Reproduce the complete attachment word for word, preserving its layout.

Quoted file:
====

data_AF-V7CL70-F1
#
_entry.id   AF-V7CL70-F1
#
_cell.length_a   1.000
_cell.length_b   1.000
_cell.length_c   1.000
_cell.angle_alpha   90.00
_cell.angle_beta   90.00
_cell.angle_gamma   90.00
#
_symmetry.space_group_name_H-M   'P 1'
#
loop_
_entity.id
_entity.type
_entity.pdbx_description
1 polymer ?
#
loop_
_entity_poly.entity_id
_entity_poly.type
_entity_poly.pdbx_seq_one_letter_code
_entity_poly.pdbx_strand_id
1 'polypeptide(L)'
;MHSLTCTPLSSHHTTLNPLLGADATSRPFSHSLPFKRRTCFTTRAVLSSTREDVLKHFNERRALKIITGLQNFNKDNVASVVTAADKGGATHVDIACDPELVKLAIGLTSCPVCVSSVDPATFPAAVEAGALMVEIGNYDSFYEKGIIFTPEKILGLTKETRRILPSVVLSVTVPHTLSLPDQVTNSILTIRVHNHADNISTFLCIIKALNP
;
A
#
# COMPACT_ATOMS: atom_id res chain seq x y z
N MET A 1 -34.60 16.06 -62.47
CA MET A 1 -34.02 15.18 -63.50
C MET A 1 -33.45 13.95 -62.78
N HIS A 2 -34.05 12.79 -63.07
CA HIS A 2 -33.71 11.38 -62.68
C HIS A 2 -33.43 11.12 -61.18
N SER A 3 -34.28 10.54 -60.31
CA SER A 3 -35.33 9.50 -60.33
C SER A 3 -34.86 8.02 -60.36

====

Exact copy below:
data_AF-V7CL70-F1
#
_entry.id   AF-V7CL70-F1
#
_cell.length_a   1.000
_cell.length_b   1.000
_cell.length_c   1.000
_cell.angle_alpha   90.00
_cell.angle_beta   90.00
_cell.angle_gamma   90.00
#
_symmetry.space_group_name_H-M   'P 1'
#
loop_
_entity.id
_entity.type
_entity.pdbx_description
1 polymer ?
#
loop_
_entity_poly.entity_id
_entity_poly.type
_entity_poly.pdbx_seq_one_letter_code
_entity_poly.pdbx_strand_id
1 'polypeptide(L)'
;MHSLTCTPLSSHHTTLNPLLGADATSRPFSHSLPFKRRTCFTTRAVLSSTREDVLKHFNERRALKIITGLQNFNKDNVASVVTAADKGGATHVDIACDPELVKLAIGLTSCPVCVSSVDPATFPAAVEAGALMVEIGNYDSFYEKGIIFTPEKILGLTKETRRILPSVVLSVTVPHTLSLPDQVTNSILTIRVHNHADNISTFLCIIKALNP
;
A
#
# COMPACT_ATOMS: atom_id res chain seq x y z
N MET A 1 -34.60 16.06 -62.47
CA MET A 1 -34.02 15.18 -63.50
C MET A 1 -33.45 13.95 -62.78
N HIS A 2 -34.05 12.79 -63.07
CA HIS A 2 -33.71 11.38 -62.68
C HIS A 2 -33.43 11.12 -61.18
N SER A 3 -34.28 10.54 -60.31
CA SER A 3 -35.33 9.50 -60.33
C SER A 3 -34.86 8.02 -60.36